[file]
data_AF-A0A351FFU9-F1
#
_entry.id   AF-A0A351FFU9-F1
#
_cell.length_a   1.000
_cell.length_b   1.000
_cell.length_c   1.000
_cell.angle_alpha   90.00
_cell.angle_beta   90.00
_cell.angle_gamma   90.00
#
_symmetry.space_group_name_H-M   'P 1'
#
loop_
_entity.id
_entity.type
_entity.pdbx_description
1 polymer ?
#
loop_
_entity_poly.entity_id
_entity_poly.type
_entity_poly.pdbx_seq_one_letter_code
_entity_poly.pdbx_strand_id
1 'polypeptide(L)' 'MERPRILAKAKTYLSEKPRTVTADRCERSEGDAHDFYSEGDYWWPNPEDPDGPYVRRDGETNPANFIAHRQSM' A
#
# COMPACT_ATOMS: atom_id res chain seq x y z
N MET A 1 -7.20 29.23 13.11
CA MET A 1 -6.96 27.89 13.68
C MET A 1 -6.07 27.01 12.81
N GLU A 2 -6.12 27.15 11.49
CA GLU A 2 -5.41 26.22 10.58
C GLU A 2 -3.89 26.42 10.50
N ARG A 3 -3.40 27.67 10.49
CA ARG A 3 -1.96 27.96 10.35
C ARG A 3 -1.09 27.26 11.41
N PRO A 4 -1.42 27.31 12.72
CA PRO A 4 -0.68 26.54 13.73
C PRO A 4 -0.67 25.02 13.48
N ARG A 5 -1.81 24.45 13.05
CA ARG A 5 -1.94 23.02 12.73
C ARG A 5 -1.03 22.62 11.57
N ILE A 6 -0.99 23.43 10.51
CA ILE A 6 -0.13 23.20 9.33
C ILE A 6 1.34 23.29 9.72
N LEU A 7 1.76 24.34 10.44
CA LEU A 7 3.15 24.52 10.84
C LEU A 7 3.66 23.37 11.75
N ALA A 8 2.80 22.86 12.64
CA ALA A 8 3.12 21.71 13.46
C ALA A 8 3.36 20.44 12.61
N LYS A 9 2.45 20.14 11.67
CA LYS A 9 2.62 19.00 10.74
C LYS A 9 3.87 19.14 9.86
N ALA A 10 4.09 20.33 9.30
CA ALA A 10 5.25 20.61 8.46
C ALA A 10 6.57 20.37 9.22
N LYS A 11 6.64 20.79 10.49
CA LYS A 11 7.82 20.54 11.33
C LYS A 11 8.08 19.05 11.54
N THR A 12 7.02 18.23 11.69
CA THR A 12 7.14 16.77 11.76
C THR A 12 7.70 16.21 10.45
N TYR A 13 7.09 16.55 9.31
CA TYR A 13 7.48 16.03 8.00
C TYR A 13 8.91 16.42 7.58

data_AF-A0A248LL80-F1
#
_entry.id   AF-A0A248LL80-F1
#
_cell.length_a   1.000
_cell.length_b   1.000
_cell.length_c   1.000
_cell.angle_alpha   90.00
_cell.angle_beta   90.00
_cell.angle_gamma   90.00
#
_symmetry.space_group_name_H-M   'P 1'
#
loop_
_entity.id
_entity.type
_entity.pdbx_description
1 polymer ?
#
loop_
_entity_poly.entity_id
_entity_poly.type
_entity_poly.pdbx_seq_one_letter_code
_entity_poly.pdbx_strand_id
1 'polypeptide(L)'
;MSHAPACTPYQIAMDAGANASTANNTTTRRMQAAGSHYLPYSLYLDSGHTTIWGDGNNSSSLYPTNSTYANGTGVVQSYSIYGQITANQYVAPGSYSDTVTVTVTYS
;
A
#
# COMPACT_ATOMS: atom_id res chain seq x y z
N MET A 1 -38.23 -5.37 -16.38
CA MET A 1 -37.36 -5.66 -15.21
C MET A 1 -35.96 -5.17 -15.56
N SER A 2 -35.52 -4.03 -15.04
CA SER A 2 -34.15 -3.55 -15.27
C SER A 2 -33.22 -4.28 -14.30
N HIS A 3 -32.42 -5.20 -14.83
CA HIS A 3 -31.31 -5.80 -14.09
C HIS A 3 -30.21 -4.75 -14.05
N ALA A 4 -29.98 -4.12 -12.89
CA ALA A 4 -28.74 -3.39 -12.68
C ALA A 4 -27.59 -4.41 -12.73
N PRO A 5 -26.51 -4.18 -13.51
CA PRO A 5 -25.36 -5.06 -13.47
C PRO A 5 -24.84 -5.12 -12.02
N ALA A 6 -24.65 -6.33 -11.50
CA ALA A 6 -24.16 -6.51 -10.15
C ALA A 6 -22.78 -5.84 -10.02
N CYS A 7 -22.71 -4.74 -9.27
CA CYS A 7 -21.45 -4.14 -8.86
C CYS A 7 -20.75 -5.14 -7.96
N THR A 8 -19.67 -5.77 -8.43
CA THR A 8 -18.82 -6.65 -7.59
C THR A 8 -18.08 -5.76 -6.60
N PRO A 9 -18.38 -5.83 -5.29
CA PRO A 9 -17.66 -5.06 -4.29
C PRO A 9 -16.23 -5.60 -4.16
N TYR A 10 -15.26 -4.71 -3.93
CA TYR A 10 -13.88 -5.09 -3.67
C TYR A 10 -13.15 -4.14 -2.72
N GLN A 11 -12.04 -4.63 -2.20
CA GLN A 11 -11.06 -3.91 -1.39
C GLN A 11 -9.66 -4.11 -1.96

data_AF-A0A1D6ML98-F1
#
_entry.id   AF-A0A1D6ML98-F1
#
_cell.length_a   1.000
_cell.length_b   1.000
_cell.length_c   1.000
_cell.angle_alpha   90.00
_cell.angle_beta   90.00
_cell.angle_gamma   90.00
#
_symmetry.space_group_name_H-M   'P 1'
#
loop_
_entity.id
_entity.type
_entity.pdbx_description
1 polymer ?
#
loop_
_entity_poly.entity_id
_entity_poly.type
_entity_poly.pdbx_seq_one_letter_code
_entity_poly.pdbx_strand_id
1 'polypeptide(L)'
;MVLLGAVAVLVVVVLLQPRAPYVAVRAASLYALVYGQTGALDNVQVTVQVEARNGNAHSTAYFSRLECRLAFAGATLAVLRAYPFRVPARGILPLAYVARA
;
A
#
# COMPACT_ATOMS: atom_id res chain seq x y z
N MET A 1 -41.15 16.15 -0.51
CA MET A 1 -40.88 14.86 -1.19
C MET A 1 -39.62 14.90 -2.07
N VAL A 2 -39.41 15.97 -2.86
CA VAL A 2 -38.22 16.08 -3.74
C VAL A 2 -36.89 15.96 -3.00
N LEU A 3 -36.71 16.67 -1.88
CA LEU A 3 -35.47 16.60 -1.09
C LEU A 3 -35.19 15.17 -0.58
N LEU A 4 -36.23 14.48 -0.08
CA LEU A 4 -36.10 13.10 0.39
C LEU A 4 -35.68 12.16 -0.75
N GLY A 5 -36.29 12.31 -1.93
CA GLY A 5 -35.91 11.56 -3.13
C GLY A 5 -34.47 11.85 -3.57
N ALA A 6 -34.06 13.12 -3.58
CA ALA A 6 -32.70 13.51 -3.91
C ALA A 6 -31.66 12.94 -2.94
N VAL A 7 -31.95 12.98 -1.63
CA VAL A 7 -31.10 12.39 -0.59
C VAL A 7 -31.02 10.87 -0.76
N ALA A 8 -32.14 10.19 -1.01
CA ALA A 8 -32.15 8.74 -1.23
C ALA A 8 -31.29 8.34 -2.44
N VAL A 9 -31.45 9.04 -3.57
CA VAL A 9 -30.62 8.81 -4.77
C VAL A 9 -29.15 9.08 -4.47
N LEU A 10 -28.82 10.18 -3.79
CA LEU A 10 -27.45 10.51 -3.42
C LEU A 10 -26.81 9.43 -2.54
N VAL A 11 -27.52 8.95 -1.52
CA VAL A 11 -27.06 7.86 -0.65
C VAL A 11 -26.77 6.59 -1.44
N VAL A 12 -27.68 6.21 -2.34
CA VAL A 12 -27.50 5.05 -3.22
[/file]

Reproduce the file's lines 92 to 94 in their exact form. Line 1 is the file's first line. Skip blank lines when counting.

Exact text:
;MSHAPACTPYQIAMDAGANASTANNTTTRRMQAAGSHYLPYSLYLDSGHTTIWGDGNNSSSLYPTNSTYANGTGVVQSYSIYGQITANQYVAPGSYSDTVTVTVTYS
;
A